Who Win The Promiscuity Battle — Men or Women?

dating

This topic has received much attention over the years, and we all have our assumptions about it, but what does psychological research tell us about gender differences in promiscuity?

Clark and Hatfield (1989) reported the results of a number of experiments that were conducted in 1978 and 1982. The studies’ procedures were as follows:

Male and female confederates of average attractiveness approached potential partners with one of three requests: “Would you go out tonight?” “Will you come over to my apartment?” or “Would you go to bed with me?“.

In these studies, the great majority of men were willing to have a sexual liaison with women who approached them, but not a single woman agreed to have a sexual liaison with men who approached them. This is an interesting finding, but does it mean that men are more promiscuous than women? Is it really a gender difference?

Gender differences in sexual behaviour are some of the most strong and robust psychological gender differences that have been observed (Peplau, 2003; Eagly & Wood, 2013).

But a newer experimental study by Terri Conley (2011) challenges Clark and Hatfield’s early conclusions by offering new, alternative explanations of their research findings.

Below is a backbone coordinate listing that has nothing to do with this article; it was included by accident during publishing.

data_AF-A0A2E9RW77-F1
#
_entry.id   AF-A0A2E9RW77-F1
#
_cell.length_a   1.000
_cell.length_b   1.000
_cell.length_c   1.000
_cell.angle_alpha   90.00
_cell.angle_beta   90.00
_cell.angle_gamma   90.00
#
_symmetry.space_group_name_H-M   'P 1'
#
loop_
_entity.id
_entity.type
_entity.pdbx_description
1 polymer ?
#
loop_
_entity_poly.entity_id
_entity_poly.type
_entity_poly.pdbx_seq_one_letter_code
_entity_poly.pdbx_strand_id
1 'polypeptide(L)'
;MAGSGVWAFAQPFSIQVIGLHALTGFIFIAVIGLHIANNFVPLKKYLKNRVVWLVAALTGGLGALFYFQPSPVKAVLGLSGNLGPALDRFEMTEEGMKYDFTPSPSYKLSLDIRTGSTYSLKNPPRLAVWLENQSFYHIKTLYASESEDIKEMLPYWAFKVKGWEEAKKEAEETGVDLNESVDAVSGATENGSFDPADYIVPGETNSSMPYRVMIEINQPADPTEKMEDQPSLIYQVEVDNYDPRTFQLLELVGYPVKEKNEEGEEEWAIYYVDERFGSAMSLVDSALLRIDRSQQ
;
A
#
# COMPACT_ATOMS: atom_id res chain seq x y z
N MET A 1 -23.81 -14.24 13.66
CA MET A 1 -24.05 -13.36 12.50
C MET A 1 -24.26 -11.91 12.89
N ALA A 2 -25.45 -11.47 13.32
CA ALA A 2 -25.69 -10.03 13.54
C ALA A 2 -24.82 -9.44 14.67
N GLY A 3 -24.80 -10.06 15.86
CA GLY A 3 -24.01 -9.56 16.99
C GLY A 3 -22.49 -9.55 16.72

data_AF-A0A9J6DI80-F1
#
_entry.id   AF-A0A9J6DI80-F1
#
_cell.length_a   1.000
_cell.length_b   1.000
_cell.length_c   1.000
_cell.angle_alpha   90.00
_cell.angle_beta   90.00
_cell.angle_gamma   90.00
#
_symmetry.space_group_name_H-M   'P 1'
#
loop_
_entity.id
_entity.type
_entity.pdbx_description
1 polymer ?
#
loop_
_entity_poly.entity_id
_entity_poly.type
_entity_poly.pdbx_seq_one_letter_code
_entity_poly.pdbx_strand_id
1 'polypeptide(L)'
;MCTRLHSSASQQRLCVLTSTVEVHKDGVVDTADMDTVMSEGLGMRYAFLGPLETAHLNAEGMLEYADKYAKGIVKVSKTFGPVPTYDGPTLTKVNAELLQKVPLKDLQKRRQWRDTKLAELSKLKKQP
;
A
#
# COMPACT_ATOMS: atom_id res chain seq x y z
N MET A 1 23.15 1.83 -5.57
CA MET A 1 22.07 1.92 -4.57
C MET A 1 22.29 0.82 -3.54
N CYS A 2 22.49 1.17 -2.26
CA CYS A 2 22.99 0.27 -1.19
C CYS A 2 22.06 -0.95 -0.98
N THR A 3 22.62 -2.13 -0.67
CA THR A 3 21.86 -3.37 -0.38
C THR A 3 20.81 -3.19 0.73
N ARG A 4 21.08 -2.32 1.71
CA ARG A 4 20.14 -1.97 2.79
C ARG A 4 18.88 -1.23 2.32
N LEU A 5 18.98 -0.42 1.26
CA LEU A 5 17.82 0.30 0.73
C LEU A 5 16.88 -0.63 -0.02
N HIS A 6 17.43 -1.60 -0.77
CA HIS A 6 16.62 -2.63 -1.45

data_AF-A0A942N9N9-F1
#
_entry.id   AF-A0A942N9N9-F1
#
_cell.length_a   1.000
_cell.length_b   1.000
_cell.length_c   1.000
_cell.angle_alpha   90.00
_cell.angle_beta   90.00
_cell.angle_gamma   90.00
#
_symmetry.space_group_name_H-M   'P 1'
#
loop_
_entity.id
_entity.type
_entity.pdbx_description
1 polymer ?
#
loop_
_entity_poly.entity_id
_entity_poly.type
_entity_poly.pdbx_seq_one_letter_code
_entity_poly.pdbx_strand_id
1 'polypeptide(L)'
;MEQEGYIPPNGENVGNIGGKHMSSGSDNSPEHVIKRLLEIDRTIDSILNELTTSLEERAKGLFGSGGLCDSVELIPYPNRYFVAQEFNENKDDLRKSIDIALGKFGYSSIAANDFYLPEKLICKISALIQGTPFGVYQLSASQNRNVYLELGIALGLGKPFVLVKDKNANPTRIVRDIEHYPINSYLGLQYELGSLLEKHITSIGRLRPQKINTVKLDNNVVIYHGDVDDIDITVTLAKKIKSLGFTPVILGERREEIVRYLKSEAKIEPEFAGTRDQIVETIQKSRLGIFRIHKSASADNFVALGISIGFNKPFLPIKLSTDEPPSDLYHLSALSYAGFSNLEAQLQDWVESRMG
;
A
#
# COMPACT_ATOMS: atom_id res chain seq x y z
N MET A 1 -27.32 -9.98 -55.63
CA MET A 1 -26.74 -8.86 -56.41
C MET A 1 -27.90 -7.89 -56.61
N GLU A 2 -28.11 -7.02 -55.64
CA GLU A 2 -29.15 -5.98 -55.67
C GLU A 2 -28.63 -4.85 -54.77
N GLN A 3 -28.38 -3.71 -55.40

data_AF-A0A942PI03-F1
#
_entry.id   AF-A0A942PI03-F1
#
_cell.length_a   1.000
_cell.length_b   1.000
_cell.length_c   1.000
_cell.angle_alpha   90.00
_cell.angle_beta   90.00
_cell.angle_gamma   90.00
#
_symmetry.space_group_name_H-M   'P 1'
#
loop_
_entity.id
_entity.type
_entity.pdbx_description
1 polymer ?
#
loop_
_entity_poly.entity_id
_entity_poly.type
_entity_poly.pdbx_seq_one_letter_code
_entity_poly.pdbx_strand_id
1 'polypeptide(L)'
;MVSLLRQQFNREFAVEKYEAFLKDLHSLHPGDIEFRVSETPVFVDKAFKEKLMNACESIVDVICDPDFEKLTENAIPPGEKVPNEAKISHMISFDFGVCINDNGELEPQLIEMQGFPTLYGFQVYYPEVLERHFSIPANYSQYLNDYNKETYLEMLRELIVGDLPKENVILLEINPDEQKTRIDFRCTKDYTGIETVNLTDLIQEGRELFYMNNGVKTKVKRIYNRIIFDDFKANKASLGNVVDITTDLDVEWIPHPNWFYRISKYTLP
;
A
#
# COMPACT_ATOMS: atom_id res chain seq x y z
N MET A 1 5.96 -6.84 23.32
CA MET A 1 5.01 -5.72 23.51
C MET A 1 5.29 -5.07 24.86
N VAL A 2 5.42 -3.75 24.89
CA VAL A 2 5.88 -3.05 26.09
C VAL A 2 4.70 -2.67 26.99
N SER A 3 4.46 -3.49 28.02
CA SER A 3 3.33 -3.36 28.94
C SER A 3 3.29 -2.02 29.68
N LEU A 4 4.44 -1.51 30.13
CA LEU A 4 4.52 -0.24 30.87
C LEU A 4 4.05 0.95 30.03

Here are some of Conley’s findings:

  • Male sexual proposers who approach women are uniformly seen as less desirable than female sexual proposers who approach men. For this reason, women may not accept offers from men, whereas men may be more willing to accept offers from women
  • The extent to which women and men believe that the proposer is sexually skilled predicts how likely they are to engage in casual sex. Women are a lot like men in this respect, because both women and men are more likely to accept a sexual offer, when the experience seems positive
  • The large gender differences, which were found in the original work by Clark and Hatfield, can be eliminated by asking participants to imagine proposals from attractive famous individuals

At last, Conley states:

“The large gender differences Clark and Hatfield observed in acceptance of the casual sex offer may have more to do with perceived personality characteristics of the female versus male proposers than with gender differences …” (p. 309).

What is your experience, and could it be explained by some of Conley’s findings? Thanks for supporting my blog.

Photo: Vann Piazza
  • In my younger days I was quite the promiscuous girl. I would often approach men at clubs and ask them to dance, and if we connected well enough I’d ask them back to my apartment. Many men had expressed to me that it was my boldness and confidence that made them so willing to acquiesce. I was not unattractive, but certainly there were more traditionally attractive women at these locations, so I was rarely approached. However, often those who did approach me would be sized up. I knew I could basically choose my partner, so I wasn’t necessarily willing to settle for whomever approached me first. I did turn a lot of men down.